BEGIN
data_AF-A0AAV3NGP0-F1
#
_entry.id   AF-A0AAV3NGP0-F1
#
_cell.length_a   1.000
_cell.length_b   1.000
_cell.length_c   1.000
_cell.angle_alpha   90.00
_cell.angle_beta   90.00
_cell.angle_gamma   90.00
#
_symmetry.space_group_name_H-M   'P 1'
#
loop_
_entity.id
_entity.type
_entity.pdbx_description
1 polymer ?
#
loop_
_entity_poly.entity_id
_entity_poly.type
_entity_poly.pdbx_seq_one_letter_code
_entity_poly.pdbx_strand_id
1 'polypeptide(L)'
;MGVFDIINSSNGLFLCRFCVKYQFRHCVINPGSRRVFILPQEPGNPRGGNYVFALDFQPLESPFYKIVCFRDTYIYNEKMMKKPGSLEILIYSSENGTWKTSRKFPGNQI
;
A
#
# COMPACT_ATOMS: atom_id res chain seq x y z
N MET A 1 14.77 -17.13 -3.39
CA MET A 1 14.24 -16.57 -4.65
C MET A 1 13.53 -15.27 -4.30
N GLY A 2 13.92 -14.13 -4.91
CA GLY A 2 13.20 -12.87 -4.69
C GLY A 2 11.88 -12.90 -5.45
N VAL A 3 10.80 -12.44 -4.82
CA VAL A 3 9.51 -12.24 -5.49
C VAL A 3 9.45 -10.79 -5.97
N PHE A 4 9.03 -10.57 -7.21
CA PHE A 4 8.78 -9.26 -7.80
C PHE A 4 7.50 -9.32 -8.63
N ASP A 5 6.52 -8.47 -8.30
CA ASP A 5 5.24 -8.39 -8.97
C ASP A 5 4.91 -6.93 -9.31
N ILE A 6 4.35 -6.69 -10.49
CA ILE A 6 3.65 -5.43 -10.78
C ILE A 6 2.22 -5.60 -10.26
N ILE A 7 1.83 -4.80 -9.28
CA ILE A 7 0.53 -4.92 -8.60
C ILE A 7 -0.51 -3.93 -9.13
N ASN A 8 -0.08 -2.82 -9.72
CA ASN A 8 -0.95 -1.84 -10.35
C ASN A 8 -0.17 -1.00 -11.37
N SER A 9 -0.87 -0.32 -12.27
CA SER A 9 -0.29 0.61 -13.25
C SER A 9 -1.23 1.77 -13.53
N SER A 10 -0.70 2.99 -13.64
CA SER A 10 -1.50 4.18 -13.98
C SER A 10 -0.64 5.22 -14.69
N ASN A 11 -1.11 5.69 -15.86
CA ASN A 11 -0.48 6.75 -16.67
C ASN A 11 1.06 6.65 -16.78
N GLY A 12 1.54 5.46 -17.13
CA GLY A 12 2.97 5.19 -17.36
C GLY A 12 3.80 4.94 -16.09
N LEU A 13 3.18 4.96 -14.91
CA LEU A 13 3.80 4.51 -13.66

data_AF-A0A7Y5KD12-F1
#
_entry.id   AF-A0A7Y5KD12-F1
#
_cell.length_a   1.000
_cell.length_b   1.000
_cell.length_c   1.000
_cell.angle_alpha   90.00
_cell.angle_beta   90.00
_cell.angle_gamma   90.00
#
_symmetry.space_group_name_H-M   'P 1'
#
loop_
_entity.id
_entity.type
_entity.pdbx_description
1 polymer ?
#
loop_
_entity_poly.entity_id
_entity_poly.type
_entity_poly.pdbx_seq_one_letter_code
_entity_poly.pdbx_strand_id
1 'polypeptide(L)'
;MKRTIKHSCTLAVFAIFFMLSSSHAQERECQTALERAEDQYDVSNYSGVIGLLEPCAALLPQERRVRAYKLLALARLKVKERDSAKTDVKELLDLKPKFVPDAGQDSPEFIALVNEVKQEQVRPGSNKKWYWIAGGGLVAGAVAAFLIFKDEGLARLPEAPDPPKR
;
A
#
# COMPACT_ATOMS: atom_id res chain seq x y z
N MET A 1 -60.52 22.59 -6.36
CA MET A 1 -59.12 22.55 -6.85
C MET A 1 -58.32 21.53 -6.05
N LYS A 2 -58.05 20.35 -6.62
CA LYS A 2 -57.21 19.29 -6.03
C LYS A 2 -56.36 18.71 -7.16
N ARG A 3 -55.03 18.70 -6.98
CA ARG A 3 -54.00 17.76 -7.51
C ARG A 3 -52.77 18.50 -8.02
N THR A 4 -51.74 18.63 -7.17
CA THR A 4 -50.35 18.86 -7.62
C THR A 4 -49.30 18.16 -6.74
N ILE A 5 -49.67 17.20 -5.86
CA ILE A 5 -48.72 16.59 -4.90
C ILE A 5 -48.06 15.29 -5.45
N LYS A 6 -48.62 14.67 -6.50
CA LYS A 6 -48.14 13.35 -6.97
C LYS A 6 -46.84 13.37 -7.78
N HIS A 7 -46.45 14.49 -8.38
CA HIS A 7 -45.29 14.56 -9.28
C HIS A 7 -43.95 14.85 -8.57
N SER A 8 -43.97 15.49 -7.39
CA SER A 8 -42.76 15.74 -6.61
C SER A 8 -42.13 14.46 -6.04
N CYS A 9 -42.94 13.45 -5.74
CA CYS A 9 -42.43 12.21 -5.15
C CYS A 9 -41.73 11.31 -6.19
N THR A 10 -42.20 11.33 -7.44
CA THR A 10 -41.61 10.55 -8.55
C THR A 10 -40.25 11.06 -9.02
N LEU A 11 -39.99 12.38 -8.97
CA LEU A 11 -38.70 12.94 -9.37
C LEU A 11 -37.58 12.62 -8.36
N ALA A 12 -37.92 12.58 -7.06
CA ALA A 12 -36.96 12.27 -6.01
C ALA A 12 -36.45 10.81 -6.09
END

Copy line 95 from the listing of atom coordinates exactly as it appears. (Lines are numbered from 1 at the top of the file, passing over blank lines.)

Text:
;